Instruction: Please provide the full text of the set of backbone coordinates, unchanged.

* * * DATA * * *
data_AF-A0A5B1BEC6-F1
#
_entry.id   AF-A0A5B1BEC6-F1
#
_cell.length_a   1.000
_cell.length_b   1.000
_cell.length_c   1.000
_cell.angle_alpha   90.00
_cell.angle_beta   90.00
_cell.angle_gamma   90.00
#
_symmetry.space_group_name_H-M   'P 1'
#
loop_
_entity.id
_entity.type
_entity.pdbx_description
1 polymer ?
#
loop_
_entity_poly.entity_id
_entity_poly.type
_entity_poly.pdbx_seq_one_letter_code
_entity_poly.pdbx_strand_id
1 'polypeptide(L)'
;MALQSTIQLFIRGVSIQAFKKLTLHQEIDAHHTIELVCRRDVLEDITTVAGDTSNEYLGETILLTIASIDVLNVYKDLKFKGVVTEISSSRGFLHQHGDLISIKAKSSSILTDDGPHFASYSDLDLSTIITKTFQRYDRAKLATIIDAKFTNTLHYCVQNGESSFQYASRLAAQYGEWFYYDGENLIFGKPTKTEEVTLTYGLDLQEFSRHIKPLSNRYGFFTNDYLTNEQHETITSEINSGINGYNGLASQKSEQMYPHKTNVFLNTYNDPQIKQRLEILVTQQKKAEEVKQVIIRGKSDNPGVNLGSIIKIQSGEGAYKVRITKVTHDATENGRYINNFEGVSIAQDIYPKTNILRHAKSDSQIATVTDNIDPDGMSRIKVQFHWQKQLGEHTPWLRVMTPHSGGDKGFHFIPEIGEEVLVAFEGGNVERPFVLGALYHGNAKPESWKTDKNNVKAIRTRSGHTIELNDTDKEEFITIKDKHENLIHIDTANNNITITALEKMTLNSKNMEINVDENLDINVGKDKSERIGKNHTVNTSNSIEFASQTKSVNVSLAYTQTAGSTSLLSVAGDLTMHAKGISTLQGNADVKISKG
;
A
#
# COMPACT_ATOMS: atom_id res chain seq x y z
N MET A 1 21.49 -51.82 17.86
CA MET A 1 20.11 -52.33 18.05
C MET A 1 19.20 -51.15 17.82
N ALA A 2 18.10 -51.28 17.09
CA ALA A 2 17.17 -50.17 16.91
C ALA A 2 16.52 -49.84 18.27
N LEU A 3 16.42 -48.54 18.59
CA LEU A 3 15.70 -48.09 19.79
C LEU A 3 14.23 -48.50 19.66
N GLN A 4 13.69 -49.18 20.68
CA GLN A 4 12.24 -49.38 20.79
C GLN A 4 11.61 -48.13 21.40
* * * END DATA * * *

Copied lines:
data_AF-A0A5B1BEC6-F1
#
_entry.id   AF-A0A5B1BEC6-F1
#
_cell.length_a   1.000
_cell.length_b   1.000
_cell.length_c   1.000
_cell.angle_alpha   90.00
_cell.angle_beta   90.00
_cell.angle_gamma   90.00
#
_symmetry.space_group_name_H-M   'P 1'
#
loop_
_entity.id
_entity.type
_entity.pdbx_description
1 polymer ?
#
loop_
_entity_poly.entity_id
_entity_poly.type
_entity_poly.pdbx_seq_one_letter_code
_entity_poly.pdbx_strand_id
1 'polypeptide(L)'
;MALQSTIQLFIRGVSIQAFKKLTLHQEIDAHHTIELVCRRDVLEDITTVAGDTSNEYLGETILLTIASIDVLNVYKDLKFKGVVTEISSSRGFLHQHGDLISIKAKSSSILTDDGPHFASYSDLDLSTIITKTFQRYDRAKLATIIDAKFTNTLHYCVQNGESSFQYASRLAAQYGEWFYYDGENLIFGKPTKTEEVTLTYGLDLQEFSRHIKPLSNRYGFFTNDYLTNEQHETITSEINSGINGYNGLASQKSEQMYPHKTNVFLNTYNDPQIKQRLEILVTQQKKAEEVKQVIIRGKSDNPGVNLGSIIKIQSGEGAYKVRITKVTHDATENGRYINNFEGVSIAQDIYPKTNILRHAKSDSQIATVTDNIDPDGMSRIKVQFHWQKQLGEHTPWLRVMTPHSGGDKGFHFIPEIGEEVLVAFEGGNVERPFVLGALYHGNAKPESWKTDKNNVKAIRTRSGHTIELNDTDKEEFITIKDKHENLIHIDTANNNITITALEKMTLNSKNMEINVDENLDINVGKDKSERIGKNHTVNTSNSIEFASQTKSVNVSLAYTQTAGSTSLLSVAGDLTMHAKGISTLQGNADVKISKG
;
A
#
# COMPACT_ATOMS: atom_id res chain seq x y z
N MET A 1 21.49 -51.82 17.86
CA MET A 1 20.11 -52.33 18.05
C MET A 1 19.20 -51.15 17.82
N ALA A 2 18.10 -51.28 17.09
CA ALA A 2 17.17 -50.17 16.91
C ALA A 2 16.52 -49.84 18.27
N LEU A 3 16.42 -48.54 18.59
CA LEU A 3 15.70 -48.09 19.79
C LEU A 3 14.23 -48.50 19.66
N GLN A 4 13.69 -49.18 20.68
CA GLN A 4 12.24 -49.38 20.79
C GLN A 4 11.61 -48.13 21.40